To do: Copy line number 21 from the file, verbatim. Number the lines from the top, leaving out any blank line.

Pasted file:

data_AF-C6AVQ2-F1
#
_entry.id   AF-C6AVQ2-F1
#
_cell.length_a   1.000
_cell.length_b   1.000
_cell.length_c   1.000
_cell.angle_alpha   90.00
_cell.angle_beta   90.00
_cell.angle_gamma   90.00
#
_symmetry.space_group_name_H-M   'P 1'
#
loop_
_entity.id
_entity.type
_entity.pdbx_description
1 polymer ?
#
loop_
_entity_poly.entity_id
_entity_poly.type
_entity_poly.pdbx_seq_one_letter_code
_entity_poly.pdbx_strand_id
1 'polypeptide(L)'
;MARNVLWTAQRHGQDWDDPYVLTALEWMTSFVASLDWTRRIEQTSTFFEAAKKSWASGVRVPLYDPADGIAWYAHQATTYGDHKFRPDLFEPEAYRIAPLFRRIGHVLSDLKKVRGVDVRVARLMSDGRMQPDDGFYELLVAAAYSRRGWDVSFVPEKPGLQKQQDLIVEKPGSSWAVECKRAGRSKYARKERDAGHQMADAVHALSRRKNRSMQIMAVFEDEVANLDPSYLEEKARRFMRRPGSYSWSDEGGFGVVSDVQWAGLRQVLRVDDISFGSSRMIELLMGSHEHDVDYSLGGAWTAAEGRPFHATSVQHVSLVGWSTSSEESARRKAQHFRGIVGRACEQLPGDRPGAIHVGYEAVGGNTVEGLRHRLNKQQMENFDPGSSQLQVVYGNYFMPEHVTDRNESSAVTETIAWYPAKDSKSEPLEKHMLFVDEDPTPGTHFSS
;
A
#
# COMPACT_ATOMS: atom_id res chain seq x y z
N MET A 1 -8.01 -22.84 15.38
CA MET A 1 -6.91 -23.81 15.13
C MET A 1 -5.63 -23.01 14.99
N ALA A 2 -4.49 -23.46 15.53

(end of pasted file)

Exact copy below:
_entity_poly.entity_id